5 Great Facebook ads and how you can design them with OrangeTwig
Do the following images look familiar? You may have seen one of them.
The one on the left helped create our current image of Santa Claus. The one on the right? Well…
What separates the two? What is it about some ads that pushes conversion? What is it about others that make you cringe?
Is it the copy? Sure, copy is a key part of any ad. But copy rarely stands out by itself. The design elements and images surrounding it is usually what helps drive the message home.
It’s been a while now since those two ads first came out. We’ve since had the 60s, the Moon landing, boy bands 🙁 and, for the last decade, social media. While print ads are still widely used, one of the best ways to reach people now is to advertise to them on Social Media.
Facebook with its wide reach is almost the perfect place. So what makes a great Facebook ad?
We set out to answer just that. We picked 5 great ads from Facebook and broke them down to see if there was something we could learn from them.
Example 1: Starbucks
What do you advertise when you are Starbucks and most people know what you sell? Do you advertise specific drinks? Is there a coffee lifestyle you can sell? Here’s a great example…
The Design Breakdown
- What pops out right away is how clean and coherent the images are. Notice how they all use muted shades of brown and white. Doing so has also helped them reinforce the Coffee theme throughout.
- While the colors in the image are a bit muted, they’ve used a slightly brighter background color in the copy section. This helps ensure the copy isn’t lost in the rest of the image.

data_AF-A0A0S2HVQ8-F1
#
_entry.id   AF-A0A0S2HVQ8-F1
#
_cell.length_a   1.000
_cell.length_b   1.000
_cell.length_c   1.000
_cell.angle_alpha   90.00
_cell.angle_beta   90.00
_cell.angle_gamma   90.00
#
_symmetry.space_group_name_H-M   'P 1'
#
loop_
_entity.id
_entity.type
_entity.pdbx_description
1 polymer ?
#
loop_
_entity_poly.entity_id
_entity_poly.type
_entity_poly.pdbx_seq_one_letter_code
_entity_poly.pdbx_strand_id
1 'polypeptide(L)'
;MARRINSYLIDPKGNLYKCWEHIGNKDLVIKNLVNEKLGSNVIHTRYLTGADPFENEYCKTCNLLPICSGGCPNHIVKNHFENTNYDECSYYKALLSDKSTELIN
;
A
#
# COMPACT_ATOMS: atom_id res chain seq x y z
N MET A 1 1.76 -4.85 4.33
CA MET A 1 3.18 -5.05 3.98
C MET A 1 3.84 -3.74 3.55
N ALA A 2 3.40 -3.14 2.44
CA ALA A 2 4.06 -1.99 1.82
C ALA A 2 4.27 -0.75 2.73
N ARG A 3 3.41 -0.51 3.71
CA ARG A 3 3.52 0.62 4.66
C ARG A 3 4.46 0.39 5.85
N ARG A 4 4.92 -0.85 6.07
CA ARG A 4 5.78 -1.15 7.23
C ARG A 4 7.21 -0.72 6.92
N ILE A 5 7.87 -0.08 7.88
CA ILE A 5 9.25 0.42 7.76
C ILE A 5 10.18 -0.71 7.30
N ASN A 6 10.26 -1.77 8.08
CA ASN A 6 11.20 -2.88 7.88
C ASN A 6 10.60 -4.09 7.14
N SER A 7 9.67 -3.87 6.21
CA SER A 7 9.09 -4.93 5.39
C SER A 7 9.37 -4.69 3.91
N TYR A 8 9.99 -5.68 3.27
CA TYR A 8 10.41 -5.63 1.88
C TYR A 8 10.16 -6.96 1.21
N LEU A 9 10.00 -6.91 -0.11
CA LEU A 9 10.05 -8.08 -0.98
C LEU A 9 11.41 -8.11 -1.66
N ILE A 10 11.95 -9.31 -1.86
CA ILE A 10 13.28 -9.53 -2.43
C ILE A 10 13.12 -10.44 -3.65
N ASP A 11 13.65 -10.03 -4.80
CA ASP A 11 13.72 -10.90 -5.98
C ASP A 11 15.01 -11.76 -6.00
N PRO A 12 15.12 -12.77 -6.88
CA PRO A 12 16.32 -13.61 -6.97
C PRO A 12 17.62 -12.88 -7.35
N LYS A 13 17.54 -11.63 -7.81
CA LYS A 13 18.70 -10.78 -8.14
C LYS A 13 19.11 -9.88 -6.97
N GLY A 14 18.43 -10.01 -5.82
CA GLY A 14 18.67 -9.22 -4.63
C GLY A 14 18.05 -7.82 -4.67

- It doesn’t hurt that the image loosely follows the Golden Ratio. It’s pretty much scientifically proven to be aesthetically pleasing. Without really getting into the math, the Golden Ratio is this pattern that is found commonly in nature. Think, Spiral Galaxies, Snail shells etc..
- While choosing images, pay attention to how they fit in with the your ad copy and the overall tone of your brand.
- While picking out a font for your ad creatives, make sure you check if you have the license to use it commercially. If you are on OrangeTwig though, that’s one less thing for you to think about. Simply choose from a huge selection of free to use fonts.
- Alignment can also be a bit of an issue when you are fitting in multiple images into one creative. Here’s how you use OrangeTwig’s auto alignment tool to ensure all your images look the way they are meant to.
Example 2: Dollar Shave Club
Ever since their first viral video ad, Dollar Shave Club has built a reputation for being extremely bold & direct with their message. This Facebook ad is no different.
The Design Breakdown
- Good design doesn’t necessarily have to be aesthetically beautiful. It just has to drive the message home. This ad is a perfect example of that. Identical images and a minimal layout help drive home the message that their products are the same for everyone, while also taking a subtle dig at other brands which don’t take that approach.
- The bold typography and the single word labels add to the overall push of the ad.
- It’s often about the little things. For example the period after the labels on top adds to the overall impact of the ads, sort of like the final word on the topic. Experiment with fonts and elements to figure out works. Here’s how OrangeTwig can help.